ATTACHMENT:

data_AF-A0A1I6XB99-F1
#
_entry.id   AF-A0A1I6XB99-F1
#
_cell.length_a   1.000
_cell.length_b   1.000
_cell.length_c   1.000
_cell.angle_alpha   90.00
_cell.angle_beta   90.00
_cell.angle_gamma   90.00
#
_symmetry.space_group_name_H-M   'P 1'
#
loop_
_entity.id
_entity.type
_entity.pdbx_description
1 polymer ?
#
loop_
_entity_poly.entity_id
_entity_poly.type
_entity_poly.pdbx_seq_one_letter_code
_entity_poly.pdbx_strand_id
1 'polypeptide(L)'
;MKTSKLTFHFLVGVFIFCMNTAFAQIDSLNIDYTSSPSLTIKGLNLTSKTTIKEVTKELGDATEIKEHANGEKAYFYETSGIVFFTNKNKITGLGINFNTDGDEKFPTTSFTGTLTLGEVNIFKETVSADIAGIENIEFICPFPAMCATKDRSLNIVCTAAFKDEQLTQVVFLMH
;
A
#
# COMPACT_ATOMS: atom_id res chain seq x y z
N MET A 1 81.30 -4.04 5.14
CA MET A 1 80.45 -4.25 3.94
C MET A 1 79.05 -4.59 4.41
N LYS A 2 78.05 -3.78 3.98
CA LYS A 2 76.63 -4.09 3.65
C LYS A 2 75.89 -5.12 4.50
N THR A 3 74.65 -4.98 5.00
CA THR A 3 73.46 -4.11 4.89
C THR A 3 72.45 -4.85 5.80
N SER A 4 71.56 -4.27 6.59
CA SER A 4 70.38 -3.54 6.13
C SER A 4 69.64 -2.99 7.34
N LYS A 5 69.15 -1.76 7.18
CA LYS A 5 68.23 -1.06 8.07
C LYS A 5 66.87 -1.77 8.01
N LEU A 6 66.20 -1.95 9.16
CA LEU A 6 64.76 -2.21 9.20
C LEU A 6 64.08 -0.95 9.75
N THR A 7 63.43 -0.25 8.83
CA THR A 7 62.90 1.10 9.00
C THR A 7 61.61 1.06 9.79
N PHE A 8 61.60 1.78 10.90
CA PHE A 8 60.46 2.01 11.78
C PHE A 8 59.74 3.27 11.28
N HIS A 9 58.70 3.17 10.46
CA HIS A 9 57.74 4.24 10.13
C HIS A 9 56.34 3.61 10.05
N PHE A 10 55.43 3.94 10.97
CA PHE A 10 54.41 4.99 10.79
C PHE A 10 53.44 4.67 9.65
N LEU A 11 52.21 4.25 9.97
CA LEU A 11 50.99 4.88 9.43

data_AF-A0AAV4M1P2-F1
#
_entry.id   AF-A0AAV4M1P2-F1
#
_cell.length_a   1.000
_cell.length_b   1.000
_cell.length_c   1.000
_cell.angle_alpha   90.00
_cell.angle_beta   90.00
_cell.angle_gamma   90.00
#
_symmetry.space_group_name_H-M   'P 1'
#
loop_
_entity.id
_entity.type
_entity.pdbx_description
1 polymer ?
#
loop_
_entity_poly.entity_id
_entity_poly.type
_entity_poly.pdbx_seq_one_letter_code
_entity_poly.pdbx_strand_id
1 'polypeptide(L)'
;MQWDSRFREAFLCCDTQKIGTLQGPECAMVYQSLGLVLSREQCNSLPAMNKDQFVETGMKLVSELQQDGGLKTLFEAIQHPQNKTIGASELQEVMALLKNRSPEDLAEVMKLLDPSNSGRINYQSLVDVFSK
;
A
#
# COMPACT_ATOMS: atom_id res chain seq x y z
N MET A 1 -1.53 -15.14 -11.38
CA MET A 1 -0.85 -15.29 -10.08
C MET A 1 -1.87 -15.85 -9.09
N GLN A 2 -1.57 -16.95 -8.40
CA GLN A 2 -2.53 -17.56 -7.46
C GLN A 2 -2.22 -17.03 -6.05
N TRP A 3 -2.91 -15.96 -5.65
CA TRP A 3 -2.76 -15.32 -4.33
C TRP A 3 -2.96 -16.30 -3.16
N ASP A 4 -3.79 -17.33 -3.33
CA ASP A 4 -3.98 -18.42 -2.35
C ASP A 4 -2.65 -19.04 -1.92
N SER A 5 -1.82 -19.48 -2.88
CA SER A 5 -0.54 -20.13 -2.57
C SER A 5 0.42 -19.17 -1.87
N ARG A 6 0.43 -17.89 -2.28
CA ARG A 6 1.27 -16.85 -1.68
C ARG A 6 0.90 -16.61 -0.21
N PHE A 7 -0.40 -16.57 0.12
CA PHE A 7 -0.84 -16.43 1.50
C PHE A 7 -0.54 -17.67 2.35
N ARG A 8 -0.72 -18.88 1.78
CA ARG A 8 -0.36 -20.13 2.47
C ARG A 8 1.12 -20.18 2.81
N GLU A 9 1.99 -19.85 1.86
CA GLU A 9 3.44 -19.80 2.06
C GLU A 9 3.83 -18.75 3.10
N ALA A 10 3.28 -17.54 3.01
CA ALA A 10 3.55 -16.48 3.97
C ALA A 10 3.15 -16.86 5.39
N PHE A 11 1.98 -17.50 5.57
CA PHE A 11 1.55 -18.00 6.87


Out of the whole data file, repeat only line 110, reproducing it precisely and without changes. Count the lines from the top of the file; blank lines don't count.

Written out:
C ARG A 6 0.90 -16.61 -0.21